US 6155653 A
A method and apparatus for controlling activation of a brake pump during controlled braking conditions include a controller for determining pump activation conditions based on four empirically obtained tables stored in the controller: a pressure series table, volume consumption table, pressure gradient table, and a pump output table. The four tables are used to determine when the brake pump is activated as well as at what capacity the pump should be operated in order to achieve optimal braking performance with least amount of driver discomfort.
1. A method of activating a brake pump in a controlled braking system of a vehicle, the steps comprising:
detecting initiation of a controlled braking condition;
determining a desired fill state of a low pressure accumulator during said controlled braking condition based on a pressure series table, a volume consumption table, and a pressure gradient table;
determining an actual fill state of the low pressure accumulator;
determining a difference between said desired fill state with said actual fill state; and
activating the brake pump if said difference is more than a predetermined amount.
2. The pump activation method of claim 1, wherein said pump activating step further comprises the steps of:
determining a capacity of pump output using a pump output table; and
running the brake pump at said capacity.
3. The pump activation method of claim 1, wherein said controlled braking system is an anti-lock braking system.
4. The pump activation method of claim 1, wherein said controlled braking system is a traction control system.
5. The pump activation method of claim 2, wherein said tables are obtained empirically.
6. A system for controlling activation of a pump in a controlled braking system of a vehicle comprising:
a wheel speed sensor for providing signals indicative of wheel speed;
a fill state signal indicative of an actual fill state of a low pressure accumulator;
a brake pump; and
a brake controller having stored therein a pressure series table, a volume consumption table, a pressure gradient table, and a pump output table used in conjunction with said wheel speed signal and a pressure decrease time signal to determine a desired fill state of the low pressure accumulator,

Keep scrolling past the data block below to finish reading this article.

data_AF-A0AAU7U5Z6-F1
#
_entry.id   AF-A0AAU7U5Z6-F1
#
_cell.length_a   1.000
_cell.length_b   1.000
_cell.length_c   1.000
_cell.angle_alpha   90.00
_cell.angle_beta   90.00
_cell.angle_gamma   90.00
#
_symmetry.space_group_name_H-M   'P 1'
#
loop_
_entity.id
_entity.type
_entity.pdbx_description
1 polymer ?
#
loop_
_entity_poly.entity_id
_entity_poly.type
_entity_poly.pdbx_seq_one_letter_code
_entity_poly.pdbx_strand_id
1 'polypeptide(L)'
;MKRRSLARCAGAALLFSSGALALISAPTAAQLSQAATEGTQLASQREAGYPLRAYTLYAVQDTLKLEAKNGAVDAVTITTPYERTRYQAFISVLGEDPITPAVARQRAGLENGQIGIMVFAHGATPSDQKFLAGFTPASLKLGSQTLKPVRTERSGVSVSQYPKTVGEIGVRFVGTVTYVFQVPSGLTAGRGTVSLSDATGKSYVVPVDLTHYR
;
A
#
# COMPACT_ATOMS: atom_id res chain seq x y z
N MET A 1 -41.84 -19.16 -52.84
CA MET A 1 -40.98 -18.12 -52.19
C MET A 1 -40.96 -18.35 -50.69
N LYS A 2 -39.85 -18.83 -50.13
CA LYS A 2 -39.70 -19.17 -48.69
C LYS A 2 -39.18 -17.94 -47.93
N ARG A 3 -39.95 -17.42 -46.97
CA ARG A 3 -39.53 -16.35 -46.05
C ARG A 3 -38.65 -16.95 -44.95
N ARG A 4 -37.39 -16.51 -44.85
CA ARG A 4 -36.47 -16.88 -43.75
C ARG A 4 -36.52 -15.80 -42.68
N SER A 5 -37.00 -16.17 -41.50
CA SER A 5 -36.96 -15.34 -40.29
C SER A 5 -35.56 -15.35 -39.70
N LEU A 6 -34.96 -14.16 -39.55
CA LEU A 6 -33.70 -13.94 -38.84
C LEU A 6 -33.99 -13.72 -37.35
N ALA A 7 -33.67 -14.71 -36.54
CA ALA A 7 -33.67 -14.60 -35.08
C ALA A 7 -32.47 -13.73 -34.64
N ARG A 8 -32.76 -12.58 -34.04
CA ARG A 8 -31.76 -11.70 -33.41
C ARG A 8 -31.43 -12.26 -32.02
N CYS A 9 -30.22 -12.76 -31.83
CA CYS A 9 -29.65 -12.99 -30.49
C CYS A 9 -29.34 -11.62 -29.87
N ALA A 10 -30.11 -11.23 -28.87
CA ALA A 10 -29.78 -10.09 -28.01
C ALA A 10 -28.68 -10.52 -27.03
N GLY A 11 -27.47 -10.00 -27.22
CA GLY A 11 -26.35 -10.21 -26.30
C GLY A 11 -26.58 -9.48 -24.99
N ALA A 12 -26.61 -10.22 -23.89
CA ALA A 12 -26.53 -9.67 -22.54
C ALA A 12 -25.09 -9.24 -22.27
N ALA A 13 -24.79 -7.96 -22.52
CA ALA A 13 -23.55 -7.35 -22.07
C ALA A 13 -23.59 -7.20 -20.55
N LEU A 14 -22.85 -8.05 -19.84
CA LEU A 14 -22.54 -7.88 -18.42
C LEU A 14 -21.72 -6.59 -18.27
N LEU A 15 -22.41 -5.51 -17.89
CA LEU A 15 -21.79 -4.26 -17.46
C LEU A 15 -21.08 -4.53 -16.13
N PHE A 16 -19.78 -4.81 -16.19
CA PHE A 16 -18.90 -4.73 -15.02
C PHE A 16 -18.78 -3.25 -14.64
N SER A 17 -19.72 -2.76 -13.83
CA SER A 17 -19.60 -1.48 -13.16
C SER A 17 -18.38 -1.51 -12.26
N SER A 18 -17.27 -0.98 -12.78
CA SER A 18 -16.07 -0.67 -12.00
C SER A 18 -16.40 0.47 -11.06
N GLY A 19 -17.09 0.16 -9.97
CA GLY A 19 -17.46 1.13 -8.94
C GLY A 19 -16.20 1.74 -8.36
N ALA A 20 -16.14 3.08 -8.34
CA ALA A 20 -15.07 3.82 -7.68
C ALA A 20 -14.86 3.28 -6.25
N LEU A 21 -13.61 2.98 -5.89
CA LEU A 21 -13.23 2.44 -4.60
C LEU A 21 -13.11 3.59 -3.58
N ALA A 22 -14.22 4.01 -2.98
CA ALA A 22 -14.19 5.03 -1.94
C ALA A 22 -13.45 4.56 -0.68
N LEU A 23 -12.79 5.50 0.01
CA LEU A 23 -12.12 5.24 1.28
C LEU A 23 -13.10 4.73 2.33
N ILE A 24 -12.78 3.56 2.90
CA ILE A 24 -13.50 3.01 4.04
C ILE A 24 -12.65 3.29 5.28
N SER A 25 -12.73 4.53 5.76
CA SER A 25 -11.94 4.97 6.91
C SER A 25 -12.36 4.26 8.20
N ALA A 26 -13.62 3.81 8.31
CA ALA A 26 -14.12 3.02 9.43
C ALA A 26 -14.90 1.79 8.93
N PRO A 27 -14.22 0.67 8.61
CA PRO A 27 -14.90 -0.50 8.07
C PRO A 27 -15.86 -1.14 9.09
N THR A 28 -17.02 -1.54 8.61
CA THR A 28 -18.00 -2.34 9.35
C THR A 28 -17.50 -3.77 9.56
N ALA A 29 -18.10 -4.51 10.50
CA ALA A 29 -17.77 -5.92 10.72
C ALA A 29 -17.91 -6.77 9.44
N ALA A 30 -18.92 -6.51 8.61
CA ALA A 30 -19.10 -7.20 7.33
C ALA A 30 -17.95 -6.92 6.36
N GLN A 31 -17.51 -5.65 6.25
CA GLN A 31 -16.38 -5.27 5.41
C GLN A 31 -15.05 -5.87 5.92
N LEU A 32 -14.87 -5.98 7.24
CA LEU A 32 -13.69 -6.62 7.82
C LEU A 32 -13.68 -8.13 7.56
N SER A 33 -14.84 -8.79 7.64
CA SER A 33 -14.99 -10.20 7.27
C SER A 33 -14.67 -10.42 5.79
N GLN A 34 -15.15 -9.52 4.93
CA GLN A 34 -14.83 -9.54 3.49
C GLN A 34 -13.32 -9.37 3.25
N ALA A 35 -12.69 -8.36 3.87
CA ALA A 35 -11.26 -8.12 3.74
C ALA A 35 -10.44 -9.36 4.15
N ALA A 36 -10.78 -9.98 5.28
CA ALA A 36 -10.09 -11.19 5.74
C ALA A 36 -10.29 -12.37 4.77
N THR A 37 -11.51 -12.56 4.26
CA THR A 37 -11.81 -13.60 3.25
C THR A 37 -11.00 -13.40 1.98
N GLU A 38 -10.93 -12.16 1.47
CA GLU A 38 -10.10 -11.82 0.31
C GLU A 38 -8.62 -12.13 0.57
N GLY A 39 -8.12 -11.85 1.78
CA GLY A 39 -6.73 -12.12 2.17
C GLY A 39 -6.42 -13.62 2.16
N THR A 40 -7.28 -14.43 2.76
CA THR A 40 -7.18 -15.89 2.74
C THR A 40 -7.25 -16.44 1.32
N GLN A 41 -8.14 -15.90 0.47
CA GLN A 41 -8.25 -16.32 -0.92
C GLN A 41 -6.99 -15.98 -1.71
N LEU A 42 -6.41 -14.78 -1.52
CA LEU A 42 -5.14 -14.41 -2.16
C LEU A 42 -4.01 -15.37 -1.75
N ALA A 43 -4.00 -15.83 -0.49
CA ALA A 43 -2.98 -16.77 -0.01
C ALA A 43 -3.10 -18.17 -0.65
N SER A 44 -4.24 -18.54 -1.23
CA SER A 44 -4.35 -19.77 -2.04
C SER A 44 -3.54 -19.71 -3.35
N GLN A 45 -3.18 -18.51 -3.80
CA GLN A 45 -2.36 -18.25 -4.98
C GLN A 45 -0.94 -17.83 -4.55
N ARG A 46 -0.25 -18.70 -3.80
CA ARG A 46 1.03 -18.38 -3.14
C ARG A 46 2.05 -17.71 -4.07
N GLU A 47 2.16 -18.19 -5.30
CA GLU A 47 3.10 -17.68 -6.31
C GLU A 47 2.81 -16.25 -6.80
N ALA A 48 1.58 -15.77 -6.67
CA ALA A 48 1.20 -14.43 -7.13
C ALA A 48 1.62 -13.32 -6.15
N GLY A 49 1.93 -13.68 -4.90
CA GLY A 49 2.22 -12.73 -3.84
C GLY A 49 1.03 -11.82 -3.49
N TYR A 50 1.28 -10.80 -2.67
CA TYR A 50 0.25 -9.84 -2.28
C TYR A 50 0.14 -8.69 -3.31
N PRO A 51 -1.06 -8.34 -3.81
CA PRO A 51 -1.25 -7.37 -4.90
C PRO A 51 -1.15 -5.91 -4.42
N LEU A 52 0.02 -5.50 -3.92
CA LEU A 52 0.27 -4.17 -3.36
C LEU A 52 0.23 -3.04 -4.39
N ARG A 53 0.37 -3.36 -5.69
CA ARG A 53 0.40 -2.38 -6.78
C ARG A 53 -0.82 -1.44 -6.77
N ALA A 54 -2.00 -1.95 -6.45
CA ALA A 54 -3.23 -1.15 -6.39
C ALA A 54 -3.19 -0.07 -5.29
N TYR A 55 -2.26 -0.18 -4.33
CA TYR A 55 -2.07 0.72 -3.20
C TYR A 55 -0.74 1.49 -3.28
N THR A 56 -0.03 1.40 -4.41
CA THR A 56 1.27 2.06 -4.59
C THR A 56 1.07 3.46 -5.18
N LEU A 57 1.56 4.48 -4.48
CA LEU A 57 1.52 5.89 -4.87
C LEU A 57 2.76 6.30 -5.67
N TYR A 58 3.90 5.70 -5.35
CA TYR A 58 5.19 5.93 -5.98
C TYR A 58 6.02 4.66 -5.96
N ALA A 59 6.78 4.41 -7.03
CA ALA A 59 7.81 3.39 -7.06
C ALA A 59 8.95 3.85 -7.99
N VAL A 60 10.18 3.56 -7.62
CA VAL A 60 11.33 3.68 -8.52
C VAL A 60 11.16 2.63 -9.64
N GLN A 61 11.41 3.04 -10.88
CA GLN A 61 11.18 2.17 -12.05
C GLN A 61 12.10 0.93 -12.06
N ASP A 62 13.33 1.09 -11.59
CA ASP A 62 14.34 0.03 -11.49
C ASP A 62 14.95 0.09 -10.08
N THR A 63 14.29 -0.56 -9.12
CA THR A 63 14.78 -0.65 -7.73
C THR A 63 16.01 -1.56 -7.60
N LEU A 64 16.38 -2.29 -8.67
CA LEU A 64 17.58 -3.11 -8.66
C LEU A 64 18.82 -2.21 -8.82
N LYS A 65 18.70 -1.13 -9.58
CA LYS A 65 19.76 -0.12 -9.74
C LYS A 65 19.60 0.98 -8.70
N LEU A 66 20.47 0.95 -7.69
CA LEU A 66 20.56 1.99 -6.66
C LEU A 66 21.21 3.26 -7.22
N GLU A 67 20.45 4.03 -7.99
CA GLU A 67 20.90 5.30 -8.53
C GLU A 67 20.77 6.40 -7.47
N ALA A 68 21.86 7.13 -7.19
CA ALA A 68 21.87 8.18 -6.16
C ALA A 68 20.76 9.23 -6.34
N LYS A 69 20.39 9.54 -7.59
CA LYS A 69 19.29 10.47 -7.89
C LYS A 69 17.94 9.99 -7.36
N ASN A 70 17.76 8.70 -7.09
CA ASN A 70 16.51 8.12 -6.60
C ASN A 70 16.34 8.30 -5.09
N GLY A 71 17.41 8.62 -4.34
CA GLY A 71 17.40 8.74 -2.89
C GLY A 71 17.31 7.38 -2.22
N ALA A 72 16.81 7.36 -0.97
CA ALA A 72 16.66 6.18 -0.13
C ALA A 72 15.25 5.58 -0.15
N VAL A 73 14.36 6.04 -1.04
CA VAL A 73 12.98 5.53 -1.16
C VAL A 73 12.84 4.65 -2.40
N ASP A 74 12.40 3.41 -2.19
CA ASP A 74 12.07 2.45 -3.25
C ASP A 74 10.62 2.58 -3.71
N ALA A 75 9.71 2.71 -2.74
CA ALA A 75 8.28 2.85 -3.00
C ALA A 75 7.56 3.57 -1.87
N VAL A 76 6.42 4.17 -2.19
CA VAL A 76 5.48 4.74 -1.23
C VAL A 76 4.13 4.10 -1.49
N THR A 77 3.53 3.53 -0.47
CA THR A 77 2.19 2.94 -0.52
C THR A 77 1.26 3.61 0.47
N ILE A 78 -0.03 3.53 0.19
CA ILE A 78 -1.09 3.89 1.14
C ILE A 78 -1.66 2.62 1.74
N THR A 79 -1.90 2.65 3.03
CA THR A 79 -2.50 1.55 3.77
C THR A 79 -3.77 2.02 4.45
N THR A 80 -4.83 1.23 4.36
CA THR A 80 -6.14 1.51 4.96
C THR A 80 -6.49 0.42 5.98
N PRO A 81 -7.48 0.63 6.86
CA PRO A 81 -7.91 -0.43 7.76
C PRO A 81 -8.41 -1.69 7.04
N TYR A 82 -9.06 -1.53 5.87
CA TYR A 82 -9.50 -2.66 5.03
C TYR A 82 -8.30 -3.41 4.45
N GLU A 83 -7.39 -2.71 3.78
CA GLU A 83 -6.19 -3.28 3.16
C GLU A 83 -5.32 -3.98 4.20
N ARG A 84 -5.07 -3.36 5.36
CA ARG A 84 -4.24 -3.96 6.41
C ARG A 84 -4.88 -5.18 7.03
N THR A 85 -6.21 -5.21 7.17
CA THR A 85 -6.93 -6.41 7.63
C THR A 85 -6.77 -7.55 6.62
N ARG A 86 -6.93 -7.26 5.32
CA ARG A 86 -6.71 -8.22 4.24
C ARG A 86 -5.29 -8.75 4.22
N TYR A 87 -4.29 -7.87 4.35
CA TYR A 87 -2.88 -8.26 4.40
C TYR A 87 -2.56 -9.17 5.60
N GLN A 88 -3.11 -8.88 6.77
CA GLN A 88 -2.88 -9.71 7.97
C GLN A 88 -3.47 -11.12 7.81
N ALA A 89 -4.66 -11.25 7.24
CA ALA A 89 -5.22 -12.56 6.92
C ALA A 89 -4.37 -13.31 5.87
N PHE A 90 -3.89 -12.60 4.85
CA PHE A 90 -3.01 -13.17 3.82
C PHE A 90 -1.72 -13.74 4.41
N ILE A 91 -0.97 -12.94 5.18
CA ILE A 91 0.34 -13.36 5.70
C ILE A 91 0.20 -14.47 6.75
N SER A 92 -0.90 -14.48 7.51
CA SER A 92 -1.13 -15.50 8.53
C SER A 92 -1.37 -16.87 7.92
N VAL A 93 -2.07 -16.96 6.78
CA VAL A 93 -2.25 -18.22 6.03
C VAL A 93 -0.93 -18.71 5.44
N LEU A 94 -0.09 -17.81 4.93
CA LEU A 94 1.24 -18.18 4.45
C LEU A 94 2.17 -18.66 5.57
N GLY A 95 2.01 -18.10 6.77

wherein said brake controller activates the brake pump when said desired fill state is different than said actual fill state, as indicated by said fill state signal, by a predetermined amount.
7. The pump activation control system of claim 6, wherein said controller further includes a pressure decrease time accumulator for providing said pressure decrease time signal.
8. The pump activation control system of claim 6, wherein said controlled braking system is an anti-locking brake system.
9. The pump activation control system of claim 9, wherein said controlled braking system is a traction control system.
10. The pump activation control system of claim 6, wherein said tables are obtained empirically.
The present invention is related to vehicle Antilock Braking and Traction Control System ("ABS/TCS"). More specifically, the invention is directed towards a method of brake fluid pump activation and a system for practicing therefor to increase the comfort level affected by the activation of the pump.
It is a well known fact to physicists and engineers alike that a body in motion comes to a halt in a shorter distance when decelerated to a gradual stop as opposed to skidding. When the moving object is a vehicle, factors such as directional control and braking distance is negatively affected when the vehicle enters a skidding condition during braking. That is to say, directional control of the vehicle, i.e., steerability, is significantly reduced while braking distance, i.e., the distance needed to bring the vehicle to a complete stop, is significantly increased. Therefore, modem vehicle manufactures have incorporated ABS into the vehicle's normal braking system to prevent wheels from locking, i.e., preventing the vehicle from entering into a skidding condition, when the vehicle brakes are activated by the driver during conditions when skidding is most likely to occur, e.g., slippery road conditions, to allow the driver to retain directional control of the vehicle.